But I think we can run it efficiently and make sure that we’re reopening the program, again, within our budgetary constraints. I think you’re aware that a very deep concern of mine for the state of Illinois making sure that we balance our budgets, run surpluses so that we can afford to do the things that we think are important to protect people across the state. And so I’m going to continue to try to balance all those interests.

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A look at that Auditor General’s report

Monday, Jul 31, 2023 - Posted by Rich Miller

* Unsurprisingly, Hannah Meisel has the best story out there on last week’s Auditor General’s report on unemployment and PUA overpayments. A tiny excerpt

While overpayments in “regular” unemployment insurance accounted for a little over $2 billion, overpayments in the PUA program amounted to $3.2 billion, according to the audit.

“Considering gross benefits associated with regular UI claims were 2.5 times higher than gross benefits associated with PUA claims, it shows the magnitude of fraud experienced in the PUA program,” the audit said.

Identity theft accounted for nearly $511 million – roughly a quarter – of the $2 billion in overpayments within Illinois’ regular unemployment benefits system. In contrast, identity theft accounted for the majority of overpayments in the PUA system; $2.3 billion in PUA benefits were paid out in this manner.

The remainder of overpayments are due to what the audit narrowly defines as “fraud” – overpayments resulting from unemployment recipients filing knowingly false information – and “non-fraud,” which is the result of genuine mistakes. IDES has taken steps to stop or claw back these sorts of overpayments, though there are hardship waivers available.

But recovery of that money is only possible because those overpayments were sent to the true claimants of unemployment insurance, the audit notes. Illinois is out of luck on the $2.8 billion in overpayments IDES paid out to those using stolen identities.

PUA was 100 percent federally funded. The state is not on the hook for that.

* The UI fraud, however, represented over half of the state’s overall debt to the trust fund. From March of last year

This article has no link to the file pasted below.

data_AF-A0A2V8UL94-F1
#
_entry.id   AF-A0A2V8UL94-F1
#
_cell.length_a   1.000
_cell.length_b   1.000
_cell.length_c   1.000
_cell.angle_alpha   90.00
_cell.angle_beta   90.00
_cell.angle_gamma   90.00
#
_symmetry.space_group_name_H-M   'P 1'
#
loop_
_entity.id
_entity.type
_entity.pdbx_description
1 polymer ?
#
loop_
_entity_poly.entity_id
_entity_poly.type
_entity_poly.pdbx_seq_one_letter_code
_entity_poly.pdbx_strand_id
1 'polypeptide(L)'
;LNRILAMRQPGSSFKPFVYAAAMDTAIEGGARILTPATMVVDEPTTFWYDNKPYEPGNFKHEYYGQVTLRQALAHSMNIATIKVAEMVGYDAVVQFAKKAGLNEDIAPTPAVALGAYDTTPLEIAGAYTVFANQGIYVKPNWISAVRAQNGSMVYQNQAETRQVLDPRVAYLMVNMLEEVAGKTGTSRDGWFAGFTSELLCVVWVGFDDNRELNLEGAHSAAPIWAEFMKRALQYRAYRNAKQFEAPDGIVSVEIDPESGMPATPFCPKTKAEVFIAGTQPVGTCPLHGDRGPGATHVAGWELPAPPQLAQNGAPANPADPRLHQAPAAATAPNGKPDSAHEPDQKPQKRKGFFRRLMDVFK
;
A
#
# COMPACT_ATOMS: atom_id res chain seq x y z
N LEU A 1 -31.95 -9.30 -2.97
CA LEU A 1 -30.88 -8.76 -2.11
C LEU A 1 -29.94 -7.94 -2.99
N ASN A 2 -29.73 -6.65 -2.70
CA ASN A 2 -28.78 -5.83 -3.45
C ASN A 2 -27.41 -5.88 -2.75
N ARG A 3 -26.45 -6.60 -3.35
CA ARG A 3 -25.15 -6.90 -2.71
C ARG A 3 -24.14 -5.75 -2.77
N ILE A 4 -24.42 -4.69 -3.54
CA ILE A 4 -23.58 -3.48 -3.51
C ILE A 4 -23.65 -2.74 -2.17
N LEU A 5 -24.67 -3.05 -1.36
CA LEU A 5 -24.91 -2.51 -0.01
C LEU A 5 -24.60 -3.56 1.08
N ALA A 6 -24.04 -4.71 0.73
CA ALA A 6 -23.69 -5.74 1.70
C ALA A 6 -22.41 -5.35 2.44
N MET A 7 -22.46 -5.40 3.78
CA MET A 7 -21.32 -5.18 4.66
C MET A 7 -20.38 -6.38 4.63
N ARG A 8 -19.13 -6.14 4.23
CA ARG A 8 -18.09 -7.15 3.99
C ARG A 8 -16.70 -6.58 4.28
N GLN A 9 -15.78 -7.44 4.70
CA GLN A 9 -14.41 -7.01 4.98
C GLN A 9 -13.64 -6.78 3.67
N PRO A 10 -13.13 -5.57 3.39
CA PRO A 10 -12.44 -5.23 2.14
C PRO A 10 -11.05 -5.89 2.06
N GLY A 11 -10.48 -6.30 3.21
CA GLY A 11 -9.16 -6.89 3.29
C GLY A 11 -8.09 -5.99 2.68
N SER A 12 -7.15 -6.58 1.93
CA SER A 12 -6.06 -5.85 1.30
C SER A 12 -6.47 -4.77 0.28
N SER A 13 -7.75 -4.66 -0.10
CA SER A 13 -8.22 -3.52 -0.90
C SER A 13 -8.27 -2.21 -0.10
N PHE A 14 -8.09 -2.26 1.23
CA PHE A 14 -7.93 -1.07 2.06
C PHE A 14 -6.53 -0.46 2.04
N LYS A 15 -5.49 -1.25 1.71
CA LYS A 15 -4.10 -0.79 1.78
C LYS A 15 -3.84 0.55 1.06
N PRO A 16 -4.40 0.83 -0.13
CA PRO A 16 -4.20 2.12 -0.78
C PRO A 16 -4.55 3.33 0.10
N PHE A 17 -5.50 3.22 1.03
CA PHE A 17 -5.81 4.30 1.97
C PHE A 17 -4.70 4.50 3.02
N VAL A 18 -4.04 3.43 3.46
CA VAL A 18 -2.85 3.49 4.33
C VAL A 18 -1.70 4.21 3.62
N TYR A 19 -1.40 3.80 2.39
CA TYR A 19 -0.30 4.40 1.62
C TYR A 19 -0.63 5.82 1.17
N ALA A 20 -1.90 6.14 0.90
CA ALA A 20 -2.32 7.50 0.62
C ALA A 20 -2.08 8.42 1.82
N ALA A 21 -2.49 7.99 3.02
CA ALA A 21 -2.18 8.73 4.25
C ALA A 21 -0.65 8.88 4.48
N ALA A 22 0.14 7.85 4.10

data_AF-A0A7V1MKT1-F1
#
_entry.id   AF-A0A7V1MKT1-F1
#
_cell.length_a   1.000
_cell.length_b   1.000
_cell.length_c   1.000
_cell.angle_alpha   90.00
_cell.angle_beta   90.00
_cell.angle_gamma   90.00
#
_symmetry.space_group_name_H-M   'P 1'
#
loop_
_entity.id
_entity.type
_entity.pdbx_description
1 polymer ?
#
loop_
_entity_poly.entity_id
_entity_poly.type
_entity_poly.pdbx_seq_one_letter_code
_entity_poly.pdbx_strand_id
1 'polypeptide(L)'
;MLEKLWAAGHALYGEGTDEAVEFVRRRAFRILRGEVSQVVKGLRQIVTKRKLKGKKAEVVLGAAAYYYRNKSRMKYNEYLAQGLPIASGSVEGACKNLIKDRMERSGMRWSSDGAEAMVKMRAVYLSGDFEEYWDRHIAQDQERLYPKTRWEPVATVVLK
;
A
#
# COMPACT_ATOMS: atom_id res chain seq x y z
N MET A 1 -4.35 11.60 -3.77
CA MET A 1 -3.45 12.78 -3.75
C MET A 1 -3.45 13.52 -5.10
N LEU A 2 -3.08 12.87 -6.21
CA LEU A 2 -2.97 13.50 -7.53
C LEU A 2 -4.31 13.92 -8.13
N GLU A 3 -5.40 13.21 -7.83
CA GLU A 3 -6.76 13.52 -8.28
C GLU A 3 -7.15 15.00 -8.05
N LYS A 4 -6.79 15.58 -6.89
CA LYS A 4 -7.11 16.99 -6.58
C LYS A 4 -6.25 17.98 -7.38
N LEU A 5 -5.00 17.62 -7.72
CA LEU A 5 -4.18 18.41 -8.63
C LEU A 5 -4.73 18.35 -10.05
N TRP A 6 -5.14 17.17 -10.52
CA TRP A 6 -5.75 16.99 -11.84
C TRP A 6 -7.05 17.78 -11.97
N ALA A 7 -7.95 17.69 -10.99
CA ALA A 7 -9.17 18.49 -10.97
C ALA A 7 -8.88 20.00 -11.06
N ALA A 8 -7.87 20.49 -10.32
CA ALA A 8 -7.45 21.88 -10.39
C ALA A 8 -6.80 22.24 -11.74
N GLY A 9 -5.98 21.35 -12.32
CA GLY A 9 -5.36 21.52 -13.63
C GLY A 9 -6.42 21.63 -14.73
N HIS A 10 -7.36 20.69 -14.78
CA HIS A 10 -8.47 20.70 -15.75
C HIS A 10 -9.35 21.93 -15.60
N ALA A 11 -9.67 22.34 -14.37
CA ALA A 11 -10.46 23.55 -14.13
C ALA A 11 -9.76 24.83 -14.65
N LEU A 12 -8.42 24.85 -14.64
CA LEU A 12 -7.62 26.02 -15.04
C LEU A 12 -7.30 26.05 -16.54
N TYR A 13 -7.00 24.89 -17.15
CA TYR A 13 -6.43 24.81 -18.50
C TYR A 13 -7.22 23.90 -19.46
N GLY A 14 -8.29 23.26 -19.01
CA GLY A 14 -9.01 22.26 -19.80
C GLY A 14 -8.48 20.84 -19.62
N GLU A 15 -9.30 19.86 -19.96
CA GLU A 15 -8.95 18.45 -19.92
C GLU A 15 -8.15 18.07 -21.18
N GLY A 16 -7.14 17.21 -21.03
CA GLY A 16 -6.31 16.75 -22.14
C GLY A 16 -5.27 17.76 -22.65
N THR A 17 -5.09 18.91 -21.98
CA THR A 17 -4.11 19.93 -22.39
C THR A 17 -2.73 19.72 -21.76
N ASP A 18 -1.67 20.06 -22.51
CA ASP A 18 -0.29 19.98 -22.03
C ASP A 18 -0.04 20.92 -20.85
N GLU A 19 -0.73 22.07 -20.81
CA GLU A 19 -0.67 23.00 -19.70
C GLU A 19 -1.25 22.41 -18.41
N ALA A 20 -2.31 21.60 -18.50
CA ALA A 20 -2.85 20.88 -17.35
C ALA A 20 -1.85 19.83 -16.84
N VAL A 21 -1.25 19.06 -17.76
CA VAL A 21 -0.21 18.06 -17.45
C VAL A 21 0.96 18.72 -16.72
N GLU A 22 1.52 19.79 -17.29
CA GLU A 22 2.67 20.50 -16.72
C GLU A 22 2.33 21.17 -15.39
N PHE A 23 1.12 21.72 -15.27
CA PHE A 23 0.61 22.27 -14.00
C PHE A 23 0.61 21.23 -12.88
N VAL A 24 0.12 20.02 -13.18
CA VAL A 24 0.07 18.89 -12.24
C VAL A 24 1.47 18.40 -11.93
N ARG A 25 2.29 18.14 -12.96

Illinois lawmakers this week advanced a measure to allocate $2.7 billion in federal American Rescue Plan Act funds to pay down more than half of the state’s outstanding $4.5 billion Unemployment Insurance Trust Fund debt. […]

Rep. Jay Hoffman, a Swansea Democrat who is a lead House negotiator on unemployment issues, said discussions continue with business and labor interests on addressing the remaining $1.8 billion. But at least $2.5 billion was needed to keep those negotiations moving forward.

“This is an agreed bill process. Business and labor have to agree or we’re not going to move the bill,” he said of ongoing negotiations to pay down the $1.8 billion. “This was a budgetary measure in order to make it easier on the agreed bill process.”

* From November of 2022

Lawmakers on Tuesday announced a bipartisan plan to use state revenues to pay down the remaining $1.4 billion in debt taken on by the state’s Unemployment Insurance Trust Fund amid the COVID-19 pandemic.

Part of the agreement is expected to move through the General Assembly this week before lawmakers adjourn for the year. It would increase an employee’s “taxable wage base” – which is the amount of an employee’s wages for which an employer must pay unemployment taxes – by 2.4 percent for each of the next five years. It would also increase the target balance of the fund’s reserves from $1 billion to $1.75 billion.

It does not decrease the number of weeks or maximum amounts of benefits an unemployed person can receive. […]